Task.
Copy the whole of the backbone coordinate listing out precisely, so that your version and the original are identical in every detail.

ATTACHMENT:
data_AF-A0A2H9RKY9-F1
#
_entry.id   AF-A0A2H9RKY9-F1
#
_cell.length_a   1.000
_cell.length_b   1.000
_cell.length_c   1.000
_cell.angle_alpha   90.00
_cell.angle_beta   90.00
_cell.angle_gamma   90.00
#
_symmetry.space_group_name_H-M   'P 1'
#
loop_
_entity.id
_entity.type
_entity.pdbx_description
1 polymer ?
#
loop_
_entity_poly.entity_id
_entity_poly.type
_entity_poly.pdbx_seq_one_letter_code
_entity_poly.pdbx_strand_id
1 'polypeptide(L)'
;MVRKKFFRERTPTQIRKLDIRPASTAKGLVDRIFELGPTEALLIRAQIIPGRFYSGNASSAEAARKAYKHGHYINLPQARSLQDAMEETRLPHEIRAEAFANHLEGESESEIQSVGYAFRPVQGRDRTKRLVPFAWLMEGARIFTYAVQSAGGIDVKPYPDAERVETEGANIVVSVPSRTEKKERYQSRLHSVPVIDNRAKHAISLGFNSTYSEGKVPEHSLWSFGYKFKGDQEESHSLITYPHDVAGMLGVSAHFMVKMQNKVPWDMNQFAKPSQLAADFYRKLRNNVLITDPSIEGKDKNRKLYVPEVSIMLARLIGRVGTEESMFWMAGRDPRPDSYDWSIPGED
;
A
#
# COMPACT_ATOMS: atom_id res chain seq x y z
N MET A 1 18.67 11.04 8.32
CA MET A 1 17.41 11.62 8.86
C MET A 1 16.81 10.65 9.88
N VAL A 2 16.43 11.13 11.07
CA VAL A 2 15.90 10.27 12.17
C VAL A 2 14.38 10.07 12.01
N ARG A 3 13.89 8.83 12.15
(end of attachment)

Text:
data_AF-A0A2H9RKY9-F1
#
_entry.id   AF-A0A2H9RKY9-F1
#
_cell.length_a   1.000
_cell.length_b   1.000
_cell.length_c   1.000
_cell.angle_alpha   90.00
_cell.angle_beta   90.00
_cell.angle_gamma   90.00
#
_symmetry.space_group_name_H-M   'P 1'
#
loop_
_entity.id
_entity.type
_entity.pdbx_description
1 polymer ?
#
loop_
_entity_poly.entity_id
_entity_poly.type
_entity_poly.pdbx_seq_one_letter_code
_entity_poly.pdbx_strand_id
1 'polypeptide(L)'
;MVRKKFFRERTPTQIRKLDIRPASTAKGLVDRIFELGPTEALLIRAQIIPGRFYSGNASSAEAARKAYKHGHYINLPQARSLQDAMEETRLPHEIRAEAFANHLEGESESEIQSVGYAFRPVQGRDRTKRLVPFAWLMEGARIFTYAVQSAGGIDVKPYPDAERVETEGANIVVSVPSRTEKKERYQSRLHSVPVIDNRAKHAISLGFNSTYSEGKVPEHSLWSFGYKFKGDQEESHSLITYPHDVAGMLGVSAHFMVKMQNKVPWDMNQFAKPSQLAADFYRKLRNNVLITDPSIEGKDKNRKLYVPEVSIMLARLIGRVGTEESMFWMAGRDPRPDSYDWSIPGED
;
A
#
# COMPACT_ATOMS: atom_id res chain seq x y z
N MET A 1 18.67 11.04 8.32
CA MET A 1 17.41 11.62 8.86
C MET A 1 16.81 10.65 9.88
N VAL A 2 16.43 11.13 11.07
CA VAL A 2 15.90 10.27 12.17
C VAL A 2 14.38 10.07 12.01
N ARG A 3 13.89 8.83 12.15